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When pulling together the technologies needed for our targeted crop spraying demonstration the mechanical engineering and fluidics presented some interesting challenges. The effect we needed was akin to that of an inkjet printer, capable of dispensing a precise volume of liquid with precise timing and direction. However, the volume and distance involved quickly ruled out using piezoelectric drop on demand technology.

Inspiration came from a much more prosaic source – a favourite kids’ toy the world over, the super soaker. A pressurised container being used to dispense liquid on demand was the perfect starting point. By varying the pressure and the valve opening time we have control over volume and velocity. Precise control over the valve was crucial, with an objective to dispense 10µL; the valve is open for just 10ms.

To the naked eye the dispense is almost invisible, in fact to capture the moment on camera we filmed at 100,000 frames per second. This gives a wonderful insight into the phenomena of droplet formation as the initial column breaks into droplets and starts to form spheres. The droplets travel over half a metre in 50ms and hit a target which is about 2cm in size that’s travelling at several metres per second. The machine vision and actuation system hits the target time after time with sniper like precision.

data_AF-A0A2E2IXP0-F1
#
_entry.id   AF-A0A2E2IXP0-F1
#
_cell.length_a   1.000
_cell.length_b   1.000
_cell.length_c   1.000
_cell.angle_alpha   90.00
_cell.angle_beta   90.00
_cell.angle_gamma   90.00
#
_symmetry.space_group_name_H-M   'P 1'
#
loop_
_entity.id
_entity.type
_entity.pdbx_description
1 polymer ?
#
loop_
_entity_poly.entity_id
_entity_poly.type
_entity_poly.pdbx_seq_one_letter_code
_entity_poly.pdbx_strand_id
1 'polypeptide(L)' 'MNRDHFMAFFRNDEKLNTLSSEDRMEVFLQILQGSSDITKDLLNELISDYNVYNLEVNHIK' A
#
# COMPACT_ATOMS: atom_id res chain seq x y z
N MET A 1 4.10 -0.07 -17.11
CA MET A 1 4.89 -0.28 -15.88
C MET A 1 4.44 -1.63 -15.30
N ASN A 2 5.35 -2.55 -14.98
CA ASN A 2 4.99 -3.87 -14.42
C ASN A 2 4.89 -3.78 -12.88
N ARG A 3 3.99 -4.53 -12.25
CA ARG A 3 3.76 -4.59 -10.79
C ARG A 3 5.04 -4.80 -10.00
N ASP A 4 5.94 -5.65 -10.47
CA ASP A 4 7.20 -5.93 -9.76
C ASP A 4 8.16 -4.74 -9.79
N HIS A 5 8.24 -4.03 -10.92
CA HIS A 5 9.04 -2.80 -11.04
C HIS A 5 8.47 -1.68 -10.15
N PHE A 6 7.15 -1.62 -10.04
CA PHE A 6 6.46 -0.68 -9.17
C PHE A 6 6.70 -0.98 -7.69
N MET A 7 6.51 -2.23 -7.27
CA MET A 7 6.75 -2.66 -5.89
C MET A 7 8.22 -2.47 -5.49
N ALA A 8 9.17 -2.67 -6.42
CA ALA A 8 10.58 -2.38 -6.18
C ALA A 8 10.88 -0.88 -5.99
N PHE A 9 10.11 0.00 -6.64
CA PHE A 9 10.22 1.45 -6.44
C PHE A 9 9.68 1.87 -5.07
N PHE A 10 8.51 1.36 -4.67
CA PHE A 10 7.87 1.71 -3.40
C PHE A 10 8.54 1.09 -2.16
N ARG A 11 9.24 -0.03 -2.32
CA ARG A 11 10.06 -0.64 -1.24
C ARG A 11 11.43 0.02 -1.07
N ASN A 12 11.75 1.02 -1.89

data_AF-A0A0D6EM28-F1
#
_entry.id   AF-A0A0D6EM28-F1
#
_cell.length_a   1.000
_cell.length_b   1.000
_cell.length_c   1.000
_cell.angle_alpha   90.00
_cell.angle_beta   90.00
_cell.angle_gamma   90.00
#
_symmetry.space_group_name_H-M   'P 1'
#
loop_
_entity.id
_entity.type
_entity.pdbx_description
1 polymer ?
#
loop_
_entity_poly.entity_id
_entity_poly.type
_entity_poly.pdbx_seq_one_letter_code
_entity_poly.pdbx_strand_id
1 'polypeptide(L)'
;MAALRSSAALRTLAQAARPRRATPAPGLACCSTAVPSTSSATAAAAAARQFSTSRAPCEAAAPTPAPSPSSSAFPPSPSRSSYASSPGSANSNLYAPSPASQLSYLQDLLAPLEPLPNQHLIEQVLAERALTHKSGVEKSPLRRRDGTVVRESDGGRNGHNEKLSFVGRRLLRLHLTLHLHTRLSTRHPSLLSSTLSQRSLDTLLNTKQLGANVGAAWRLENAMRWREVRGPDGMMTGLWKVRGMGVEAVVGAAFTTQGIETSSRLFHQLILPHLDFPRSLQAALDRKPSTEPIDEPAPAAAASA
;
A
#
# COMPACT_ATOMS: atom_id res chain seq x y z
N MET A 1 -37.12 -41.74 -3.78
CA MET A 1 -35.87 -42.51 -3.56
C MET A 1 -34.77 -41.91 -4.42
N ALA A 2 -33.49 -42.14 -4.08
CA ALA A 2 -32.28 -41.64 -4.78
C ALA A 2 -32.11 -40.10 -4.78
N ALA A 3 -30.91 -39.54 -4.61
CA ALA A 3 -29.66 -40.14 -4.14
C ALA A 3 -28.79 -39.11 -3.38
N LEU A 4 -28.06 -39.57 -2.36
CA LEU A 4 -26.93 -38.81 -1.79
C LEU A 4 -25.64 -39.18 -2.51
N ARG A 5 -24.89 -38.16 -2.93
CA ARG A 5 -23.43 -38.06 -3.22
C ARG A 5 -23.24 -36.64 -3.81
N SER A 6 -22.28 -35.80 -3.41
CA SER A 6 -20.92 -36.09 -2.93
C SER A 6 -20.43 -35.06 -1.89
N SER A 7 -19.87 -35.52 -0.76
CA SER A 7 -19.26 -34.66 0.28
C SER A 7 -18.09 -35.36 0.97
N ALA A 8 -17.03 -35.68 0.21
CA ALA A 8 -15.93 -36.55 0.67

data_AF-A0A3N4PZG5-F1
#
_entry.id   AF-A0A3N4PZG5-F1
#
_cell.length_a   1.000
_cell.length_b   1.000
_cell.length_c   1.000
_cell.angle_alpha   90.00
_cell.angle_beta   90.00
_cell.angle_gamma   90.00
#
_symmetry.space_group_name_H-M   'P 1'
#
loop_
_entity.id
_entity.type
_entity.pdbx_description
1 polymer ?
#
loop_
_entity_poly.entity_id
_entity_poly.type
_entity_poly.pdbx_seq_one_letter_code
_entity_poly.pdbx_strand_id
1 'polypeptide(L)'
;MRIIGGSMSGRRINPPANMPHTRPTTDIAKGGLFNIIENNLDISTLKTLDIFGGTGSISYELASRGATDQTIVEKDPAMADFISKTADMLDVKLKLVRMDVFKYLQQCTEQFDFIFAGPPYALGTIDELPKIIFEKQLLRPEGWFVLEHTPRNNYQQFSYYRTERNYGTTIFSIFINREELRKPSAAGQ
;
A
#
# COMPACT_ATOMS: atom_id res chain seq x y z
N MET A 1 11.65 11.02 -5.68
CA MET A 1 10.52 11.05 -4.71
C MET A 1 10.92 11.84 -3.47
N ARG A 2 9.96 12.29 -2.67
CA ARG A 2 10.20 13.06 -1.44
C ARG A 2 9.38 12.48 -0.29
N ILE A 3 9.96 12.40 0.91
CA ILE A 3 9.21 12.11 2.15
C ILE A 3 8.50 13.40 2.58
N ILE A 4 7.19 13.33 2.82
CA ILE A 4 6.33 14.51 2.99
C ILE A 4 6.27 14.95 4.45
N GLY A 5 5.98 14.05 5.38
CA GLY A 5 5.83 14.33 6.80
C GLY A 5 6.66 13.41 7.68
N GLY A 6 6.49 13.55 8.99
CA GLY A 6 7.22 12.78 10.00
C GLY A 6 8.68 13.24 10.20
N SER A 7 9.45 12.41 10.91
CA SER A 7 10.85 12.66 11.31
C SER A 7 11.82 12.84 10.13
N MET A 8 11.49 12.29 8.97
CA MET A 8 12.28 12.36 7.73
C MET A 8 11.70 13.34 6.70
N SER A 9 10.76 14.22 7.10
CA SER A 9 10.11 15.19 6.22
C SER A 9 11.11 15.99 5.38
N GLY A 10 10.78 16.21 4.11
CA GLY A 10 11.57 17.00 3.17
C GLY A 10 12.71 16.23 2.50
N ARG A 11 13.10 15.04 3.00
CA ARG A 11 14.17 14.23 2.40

As impressive as these figures are you have to see it in action to appreciate how fast everything happens. You can get a flavour of the demonstration in action in our video.

Author
Tom Fry

Tom is a Senior Engineer and Project Manager with six years of experience in industrial projects and product development. He enjoys identifying and working on innovative technologies and services for business transformation.